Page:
Official Game Title, the Motive, and Why Make Games?

Rainy Day Devlog #1: Reflections before production phase

Official Game Title, the Motive, and Why Make Games?

Hello world and welcome back to another Rainy Day devlog! There's the project's official name. It's on the title and it's also registered in my targeted markets, which is Android and iOS.

As I'm coming to an end with the discovery phase I have previously mentioned in the first devlog, the overall idea has become more clear and I have done a lot of reflection about the project as well as game development in general. Like why a financial literacy/educational kind of game? What is the motive? And these are questions good to be answered early on; otherwise, you won't know if the project aligns with your soul and you may just completely "lose" it halfway through the project, right?

Ever since reading "Reality is Broken" by author Jane McGonigal, one of my recommended books for anyone, even outside of the gaming/game development field, I have been inspired to aim for something bigger with my game development studio. It's several statements I rephrased from the book as a question, and it is: "how could I leverage the power of games to reinvent everything from government, health care, and education to traditional media, marketing, and entrepreneurship – perhaps even world peace?" How could all game developers? How could you or I do it?

Hence, my attempts with this financial literacy game I am starting. Because I believe games can change the world in many ways, the book I just mentioned explores and will explain more clearly than I ever will. Games changed my world. Early on with Pokemon cards, yes, games don't have to be just digital apps; the gameplay of it taught me how to make the most out of the cards I am handed with. It's in the subconscious and I really believe that it bled into my real life. It taught me to make the most out of the things I have in my life. And Pokemon is a game for just one example. There are several more games and I am sure you and everyone in the world has been affected by games in many ways that is hard to notice.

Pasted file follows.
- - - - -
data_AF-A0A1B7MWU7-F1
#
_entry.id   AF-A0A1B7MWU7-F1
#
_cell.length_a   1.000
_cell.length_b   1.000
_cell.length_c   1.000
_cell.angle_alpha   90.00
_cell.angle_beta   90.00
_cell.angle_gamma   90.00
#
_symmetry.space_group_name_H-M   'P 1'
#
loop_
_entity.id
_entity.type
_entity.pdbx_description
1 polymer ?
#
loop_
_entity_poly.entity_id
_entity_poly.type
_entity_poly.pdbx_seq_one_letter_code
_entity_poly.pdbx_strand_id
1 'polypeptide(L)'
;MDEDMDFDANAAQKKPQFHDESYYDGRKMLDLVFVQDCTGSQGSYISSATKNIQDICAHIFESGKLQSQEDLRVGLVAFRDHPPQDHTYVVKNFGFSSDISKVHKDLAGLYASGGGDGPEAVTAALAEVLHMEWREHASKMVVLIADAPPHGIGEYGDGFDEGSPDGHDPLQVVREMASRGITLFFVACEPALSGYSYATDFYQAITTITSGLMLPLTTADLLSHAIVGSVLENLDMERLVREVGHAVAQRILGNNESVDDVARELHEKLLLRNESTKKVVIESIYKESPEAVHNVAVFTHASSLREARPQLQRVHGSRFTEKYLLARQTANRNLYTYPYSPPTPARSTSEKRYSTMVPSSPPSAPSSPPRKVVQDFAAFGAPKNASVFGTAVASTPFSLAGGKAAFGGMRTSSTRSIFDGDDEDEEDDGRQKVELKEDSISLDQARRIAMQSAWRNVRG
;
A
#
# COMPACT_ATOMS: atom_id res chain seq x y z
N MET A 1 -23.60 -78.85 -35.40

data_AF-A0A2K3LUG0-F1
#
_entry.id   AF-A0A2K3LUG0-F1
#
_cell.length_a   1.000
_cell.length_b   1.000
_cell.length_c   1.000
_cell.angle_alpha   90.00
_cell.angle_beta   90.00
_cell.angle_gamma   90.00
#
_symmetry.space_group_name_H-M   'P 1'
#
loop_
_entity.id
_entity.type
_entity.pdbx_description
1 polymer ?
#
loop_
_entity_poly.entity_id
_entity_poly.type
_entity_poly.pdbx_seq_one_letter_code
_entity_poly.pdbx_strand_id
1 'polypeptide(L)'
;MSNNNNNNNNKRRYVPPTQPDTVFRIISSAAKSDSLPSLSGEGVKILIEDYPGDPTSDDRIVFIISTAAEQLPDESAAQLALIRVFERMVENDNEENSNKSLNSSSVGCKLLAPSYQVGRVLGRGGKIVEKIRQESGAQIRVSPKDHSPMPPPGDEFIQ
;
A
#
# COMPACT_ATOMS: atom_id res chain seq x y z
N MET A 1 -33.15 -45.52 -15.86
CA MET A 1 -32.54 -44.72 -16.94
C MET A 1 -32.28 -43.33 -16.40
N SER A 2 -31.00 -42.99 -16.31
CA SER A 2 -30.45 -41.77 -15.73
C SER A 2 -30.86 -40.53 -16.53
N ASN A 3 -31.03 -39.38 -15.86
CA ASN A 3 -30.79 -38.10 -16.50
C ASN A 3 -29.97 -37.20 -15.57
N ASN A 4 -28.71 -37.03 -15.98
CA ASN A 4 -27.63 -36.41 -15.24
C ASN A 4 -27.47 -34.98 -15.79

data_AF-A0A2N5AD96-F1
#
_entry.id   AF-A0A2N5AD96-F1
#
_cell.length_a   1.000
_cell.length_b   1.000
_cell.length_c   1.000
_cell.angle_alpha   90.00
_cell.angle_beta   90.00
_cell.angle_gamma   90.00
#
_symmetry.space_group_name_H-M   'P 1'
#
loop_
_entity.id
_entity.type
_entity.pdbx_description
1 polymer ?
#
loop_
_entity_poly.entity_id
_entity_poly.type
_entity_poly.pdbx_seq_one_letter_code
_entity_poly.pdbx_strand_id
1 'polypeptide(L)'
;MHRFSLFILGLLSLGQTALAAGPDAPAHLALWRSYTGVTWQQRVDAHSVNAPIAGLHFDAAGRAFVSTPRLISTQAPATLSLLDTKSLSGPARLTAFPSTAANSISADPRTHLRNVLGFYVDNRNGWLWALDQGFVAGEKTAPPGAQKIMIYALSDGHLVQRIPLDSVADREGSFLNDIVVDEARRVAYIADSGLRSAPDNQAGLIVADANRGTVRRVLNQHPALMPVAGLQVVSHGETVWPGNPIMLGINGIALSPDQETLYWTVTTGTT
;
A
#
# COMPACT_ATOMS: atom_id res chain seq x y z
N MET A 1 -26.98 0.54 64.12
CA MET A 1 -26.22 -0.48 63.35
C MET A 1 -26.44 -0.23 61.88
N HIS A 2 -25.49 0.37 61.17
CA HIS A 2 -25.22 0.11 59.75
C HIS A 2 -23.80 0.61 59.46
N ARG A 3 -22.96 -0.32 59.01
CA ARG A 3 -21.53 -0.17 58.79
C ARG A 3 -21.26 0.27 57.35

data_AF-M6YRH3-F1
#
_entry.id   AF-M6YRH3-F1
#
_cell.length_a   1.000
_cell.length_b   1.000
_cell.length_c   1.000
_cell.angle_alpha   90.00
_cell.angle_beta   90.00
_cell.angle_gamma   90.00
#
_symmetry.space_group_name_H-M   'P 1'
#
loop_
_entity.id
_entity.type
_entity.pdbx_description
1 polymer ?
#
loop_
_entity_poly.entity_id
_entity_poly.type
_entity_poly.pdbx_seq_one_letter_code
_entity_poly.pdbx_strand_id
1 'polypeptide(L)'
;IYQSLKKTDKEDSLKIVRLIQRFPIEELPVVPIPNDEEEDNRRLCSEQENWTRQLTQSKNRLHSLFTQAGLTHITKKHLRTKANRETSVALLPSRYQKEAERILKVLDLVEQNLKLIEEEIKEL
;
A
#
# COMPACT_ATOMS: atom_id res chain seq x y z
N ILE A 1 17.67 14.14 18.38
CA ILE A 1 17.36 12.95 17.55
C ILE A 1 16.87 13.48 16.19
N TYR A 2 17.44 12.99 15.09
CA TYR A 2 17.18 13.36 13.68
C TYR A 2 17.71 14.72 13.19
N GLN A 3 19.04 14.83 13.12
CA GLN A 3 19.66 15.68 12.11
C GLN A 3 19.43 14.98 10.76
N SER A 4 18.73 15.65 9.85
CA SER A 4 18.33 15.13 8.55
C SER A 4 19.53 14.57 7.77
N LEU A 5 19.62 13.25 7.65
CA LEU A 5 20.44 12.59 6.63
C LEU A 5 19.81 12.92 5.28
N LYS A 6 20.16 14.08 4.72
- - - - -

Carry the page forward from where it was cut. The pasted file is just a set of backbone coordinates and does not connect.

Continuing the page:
Another reflection I have done is based on a question I've been asked personally before, and it goes something like, "out of all the software you can make, why games?" I knew I had the work ethic to make games, I am fully engaged when I develop, and obsess over every little thing about the projects I start, yet, I struggled to answer the question and just said "because I love making games." I'm a bit reserved, so it's maybe why I answered like that, but it's also because I didn't know how to answer it.

You know, apps like Uber, Airbnb, online shopping apps, etc, are apps that are out there making big impactful changes in our world. And that is the real worldview for most apps, too. They are tools that may help and will make big changes in peoples lives. With games, the reality is that people view them pretty much just as a time-pass hobby and just a way to escape real life. As something not to be treated seriously, but it's simply not true. "It's just a game." These points are all true, but games can be so much more. Games can also be serious tools that can have the same impact as Uber, Airbnb, and all these other apps. A quick google search looking back in history, we can find that the Lydians used games to ease hunger many years ago by taking turns with who is eating and who is playing. Look into it if you'd like!

So, all in all, I choose to develop games out of all the software I can make because I don't see a difference with their potential to impact a bigger cause. It just depends on the game being developed. I've been rambling, but again, Jane McGonigal's book, Reality is Broken, beautifully puts together everything I'm talking about, and in a much better way. For the game developers, the mission I try to aim out can be yours too! Or at the very least, ask yourself why you are developing the game that you are making and really define that. Key word is aim. At the end of the day, games are in the entertainment genre just like movies are. Gamified learning, aka educational games, are a more direct approach to this aim, but there are indirect ways as well with the use of the game's whole story narrative.

I hope the things I brought up got you thinking for the better, especially the game developers out there!

Consider subscribing to become a beta tester for Rainy Day once it's available. Its free and do join the Discord community where we can we can communicate more closely!

Thank you again and take care always.

Special thank you shoutout to my supporters who donated in August

Thank you Laura Milligan